Here are a few news headlines:
- Ancestors, Inc.: Inside The Remarkable Rise Of The Genealogy Industry
- A glimpse into the thriving business of family history
- The Genealogy Industry: $2 Billion–and Growing!
- Genealogy Hot Hobby Worth $1.6B, Not Just For Mormons - ABC News
Back in 2012, I even wrote a blog post entitled, "Big Genealogy is Big Business." Although, I should be fair and quote myself from that post:
Considering the recent acquisitions and alliances among the various large genealogy companies and entities, it is clear that big genealogy is big business. Although the amounts of money involved may not be overly significant in the greater business community, it is certain that the economic stakes will continue to increase as these larger companies maneuver to gain market share and influence. [emphasis added].The North American Industry Classification System (NAICS) is the present standard used by Federal statistical agencies in classifying business establishments for the purpose of collecting, analyzing, and publishing statistical data related to the U.S. business economy. See The United States Census Bureau, Business and Industry, North American Industry CClassification System. There are probably less than a dozen very large and valuable genealogy companies in the world but the truth is that genealogy businesses do not show up in any business reports as a category. Genealogy as a category is incorporated into several different categories including software publishers, data processing, and other information services. Although some of the news accounts cited above refer to a "genealogy industry," there is really no such category.
If you look at the news stories about RootsTech for the past two years, in 2016 the news reports set the attendance at "more than 25,000 attendees" and this year, 2017, the attendance is being reported as about half that at 13,000 attendees. See "RootsTech 2016 draws family history enthusiasts from all over" and "RootsTech 2017 Was a Huge Hit; Expands the perception of family history." What is interesting is that the online attendance for 2017 was estimated at over 100,000.
What has changed since my blog post in 2012? Actually, from a business standpoint, some of the biggest genealogy oriented companies have gotten larger and there have been a few startups. The biggest change has been the addition of genealogical DNA testing as an adjunct to the larger company's profit centers. For example, there were 12 semi-finalists for the RootsTech 2016 Innovator Showdown and 10 semi-finalists for the RootsTech 2017 Innovator Showdown. There was one company that competed at this level in both years, Kindex.org, the People's Choice winner in 2017. Of the companies from 2016, some were and still are established genealogy companies, but as it the case with all small businesses, some of them did not last until 2017.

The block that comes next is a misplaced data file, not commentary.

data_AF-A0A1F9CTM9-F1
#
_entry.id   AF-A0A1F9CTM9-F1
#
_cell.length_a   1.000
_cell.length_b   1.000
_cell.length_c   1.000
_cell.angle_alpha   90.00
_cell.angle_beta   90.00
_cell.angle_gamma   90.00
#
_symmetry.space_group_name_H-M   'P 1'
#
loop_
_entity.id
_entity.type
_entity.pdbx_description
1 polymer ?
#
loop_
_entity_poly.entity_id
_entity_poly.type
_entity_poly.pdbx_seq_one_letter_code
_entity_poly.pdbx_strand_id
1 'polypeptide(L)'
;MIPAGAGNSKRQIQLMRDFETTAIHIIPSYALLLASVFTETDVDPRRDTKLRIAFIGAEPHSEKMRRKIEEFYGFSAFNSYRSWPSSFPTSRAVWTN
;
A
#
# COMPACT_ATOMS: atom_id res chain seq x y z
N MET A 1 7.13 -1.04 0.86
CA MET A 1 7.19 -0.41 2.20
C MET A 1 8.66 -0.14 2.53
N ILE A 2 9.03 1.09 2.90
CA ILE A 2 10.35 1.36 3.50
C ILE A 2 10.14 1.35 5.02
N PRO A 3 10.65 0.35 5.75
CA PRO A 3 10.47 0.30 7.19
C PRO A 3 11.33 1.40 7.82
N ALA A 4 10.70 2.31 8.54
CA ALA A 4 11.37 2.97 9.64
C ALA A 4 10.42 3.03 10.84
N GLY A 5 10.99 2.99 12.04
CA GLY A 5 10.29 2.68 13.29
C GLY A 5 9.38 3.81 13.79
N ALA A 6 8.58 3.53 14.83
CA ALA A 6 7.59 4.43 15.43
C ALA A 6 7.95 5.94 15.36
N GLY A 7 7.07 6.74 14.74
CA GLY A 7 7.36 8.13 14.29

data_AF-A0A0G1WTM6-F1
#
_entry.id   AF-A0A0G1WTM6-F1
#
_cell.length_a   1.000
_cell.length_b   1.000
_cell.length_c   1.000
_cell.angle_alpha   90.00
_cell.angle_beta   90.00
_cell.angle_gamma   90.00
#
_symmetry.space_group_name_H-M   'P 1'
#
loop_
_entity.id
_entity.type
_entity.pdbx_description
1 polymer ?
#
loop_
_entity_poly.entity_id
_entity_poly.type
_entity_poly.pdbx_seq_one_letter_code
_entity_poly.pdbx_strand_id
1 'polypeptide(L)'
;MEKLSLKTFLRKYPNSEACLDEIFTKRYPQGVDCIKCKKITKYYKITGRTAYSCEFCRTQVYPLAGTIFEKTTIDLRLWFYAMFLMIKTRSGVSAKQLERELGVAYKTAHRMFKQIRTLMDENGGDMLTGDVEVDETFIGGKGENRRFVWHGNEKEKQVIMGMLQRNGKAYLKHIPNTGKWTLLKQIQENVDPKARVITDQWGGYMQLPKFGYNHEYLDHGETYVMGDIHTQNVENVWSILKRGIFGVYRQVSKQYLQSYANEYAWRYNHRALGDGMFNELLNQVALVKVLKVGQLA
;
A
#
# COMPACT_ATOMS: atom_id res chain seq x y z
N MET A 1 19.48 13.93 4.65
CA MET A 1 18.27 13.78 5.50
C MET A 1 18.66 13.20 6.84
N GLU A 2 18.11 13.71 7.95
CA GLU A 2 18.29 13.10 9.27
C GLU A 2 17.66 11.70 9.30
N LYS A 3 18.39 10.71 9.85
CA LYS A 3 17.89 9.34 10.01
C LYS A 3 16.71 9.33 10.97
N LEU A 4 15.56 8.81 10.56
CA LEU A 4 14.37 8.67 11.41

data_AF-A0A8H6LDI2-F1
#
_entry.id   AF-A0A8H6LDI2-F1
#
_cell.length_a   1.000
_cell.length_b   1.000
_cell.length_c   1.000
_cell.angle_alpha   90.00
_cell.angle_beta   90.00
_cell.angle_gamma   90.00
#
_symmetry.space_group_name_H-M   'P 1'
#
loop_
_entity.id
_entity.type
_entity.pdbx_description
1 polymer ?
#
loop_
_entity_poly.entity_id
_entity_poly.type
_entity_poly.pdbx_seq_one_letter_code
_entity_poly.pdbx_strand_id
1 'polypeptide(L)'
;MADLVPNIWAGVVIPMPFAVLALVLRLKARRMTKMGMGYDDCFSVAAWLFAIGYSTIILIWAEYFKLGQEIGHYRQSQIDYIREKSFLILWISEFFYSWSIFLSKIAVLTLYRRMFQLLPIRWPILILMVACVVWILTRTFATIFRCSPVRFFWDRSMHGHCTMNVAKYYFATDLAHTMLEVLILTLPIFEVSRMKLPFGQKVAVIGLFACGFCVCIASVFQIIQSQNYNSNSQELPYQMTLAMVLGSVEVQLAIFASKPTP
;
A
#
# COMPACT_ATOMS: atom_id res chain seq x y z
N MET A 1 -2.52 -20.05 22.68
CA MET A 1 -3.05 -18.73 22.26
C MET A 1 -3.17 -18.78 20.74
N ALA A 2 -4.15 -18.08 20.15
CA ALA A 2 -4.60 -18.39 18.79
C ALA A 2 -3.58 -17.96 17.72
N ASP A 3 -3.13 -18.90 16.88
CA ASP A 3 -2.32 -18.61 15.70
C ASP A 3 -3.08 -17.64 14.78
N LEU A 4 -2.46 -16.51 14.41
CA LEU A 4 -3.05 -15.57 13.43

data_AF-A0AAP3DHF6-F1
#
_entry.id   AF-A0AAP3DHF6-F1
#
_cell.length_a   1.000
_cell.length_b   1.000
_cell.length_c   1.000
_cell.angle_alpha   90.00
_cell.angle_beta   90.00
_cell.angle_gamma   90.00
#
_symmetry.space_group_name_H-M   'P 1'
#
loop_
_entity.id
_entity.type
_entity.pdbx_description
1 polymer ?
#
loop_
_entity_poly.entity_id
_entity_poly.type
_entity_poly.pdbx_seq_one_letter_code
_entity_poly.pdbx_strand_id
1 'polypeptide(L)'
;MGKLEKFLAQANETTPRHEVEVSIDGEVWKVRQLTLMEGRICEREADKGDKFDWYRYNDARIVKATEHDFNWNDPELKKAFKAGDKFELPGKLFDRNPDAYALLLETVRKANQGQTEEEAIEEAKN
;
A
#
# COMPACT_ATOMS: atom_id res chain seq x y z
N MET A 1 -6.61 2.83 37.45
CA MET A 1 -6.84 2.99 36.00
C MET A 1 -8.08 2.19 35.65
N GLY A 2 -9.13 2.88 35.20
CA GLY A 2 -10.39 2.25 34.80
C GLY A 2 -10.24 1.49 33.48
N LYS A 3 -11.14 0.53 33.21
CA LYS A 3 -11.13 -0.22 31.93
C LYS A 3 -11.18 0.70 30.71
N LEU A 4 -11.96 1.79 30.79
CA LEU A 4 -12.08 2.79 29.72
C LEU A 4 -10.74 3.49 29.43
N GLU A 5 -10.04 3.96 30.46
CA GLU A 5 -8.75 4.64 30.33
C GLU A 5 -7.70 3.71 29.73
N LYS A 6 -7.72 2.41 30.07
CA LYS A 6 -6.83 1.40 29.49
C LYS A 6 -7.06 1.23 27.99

Genealogy as a pursuit is alive and well and always will be, but genealogy as a business is a very small niche market and only a few large players and some very aggressive smaller businesses are going to survive long term. Can you start a small genealogy business and make money? Well, yes, but running a small business is business not genealogy and as I have found out after running small businesses for over thirty years, you have to make a choice between your passion and what actually sells in the marketplace.
Perhaps we need to be thankful that some people want to make a living from genealogy and leave it at that. How about focusing on improving the entire genealogical experience rather than promoting it as a dynamic expanding business opportunity? Just some of my thoughts on a cloudy and snowy day.